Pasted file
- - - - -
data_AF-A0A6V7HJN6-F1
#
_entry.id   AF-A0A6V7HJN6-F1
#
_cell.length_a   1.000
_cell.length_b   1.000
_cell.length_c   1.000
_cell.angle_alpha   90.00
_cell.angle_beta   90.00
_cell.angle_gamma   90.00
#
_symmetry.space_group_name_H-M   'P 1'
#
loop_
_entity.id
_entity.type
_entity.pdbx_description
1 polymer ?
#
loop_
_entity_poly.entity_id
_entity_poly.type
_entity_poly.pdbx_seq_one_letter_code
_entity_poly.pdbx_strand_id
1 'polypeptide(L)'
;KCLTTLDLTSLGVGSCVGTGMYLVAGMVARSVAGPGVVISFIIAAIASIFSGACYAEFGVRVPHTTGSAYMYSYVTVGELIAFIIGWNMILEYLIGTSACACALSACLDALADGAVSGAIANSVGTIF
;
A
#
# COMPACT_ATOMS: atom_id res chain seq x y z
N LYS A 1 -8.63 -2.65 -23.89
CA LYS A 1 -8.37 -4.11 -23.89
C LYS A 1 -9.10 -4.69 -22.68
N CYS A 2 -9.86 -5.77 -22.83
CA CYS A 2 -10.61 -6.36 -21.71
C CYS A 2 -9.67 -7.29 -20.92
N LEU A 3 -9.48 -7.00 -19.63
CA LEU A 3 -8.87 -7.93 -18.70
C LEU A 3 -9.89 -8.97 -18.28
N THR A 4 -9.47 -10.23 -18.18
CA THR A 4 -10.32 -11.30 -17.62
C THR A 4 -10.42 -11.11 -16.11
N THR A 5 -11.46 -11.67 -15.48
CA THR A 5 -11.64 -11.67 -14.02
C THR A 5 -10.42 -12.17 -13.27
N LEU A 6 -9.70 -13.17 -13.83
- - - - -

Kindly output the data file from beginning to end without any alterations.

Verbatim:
data_AF-A0A6V7HJN6-F1
#
_entry.id   AF-A0A6V7HJN6-F1
#
_cell.length_a   1.000
_cell.length_b   1.000
_cell.length_c   1.000
_cell.angle_alpha   90.00
_cell.angle_beta   90.00
_cell.angle_gamma   90.00
#
_symmetry.space_group_name_H-M   'P 1'
#
loop_
_entity.id
_entity.type
_entity.pdbx_description
1 polymer ?
#
loop_
_entity_poly.entity_id
_entity_poly.type
_entity_poly.pdbx_seq_one_letter_code
_entity_poly.pdbx_strand_id
1 'polypeptide(L)'
;KCLTTLDLTSLGVGSCVGTGMYLVAGMVARSVAGPGVVISFIIAAIASIFSGACYAEFGVRVPHTTGSAYMYSYVTVGELIAFIIGWNMILEYLIGTSACACALSACLDALADGAVSGAIANSVGTIF
;
A
#
# COMPACT_ATOMS: atom_id res chain seq x y z
N LYS A 1 -8.63 -2.65 -23.89
CA LYS A 1 -8.37 -4.11 -23.89
C LYS A 1 -9.10 -4.69 -22.68
N CYS A 2 -9.86 -5.77 -22.83
CA CYS A 2 -10.61 -6.36 -21.71
C CYS A 2 -9.67 -7.29 -20.92
N LEU A 3 -9.48 -7.00 -19.63
CA LEU A 3 -8.87 -7.93 -18.70
C LEU A 3 -9.89 -8.97 -18.28
N THR A 4 -9.47 -10.23 -18.18
CA THR A 4 -10.32 -11.30 -17.62
C THR A 4 -10.42 -11.11 -16.11
N THR A 5 -11.46 -11.67 -15.48
CA THR A 5 -11.64 -11.67 -14.02
C THR A 5 -10.42 -12.17 -13.27
N LEU A 6 -9.70 -13.17 -13.83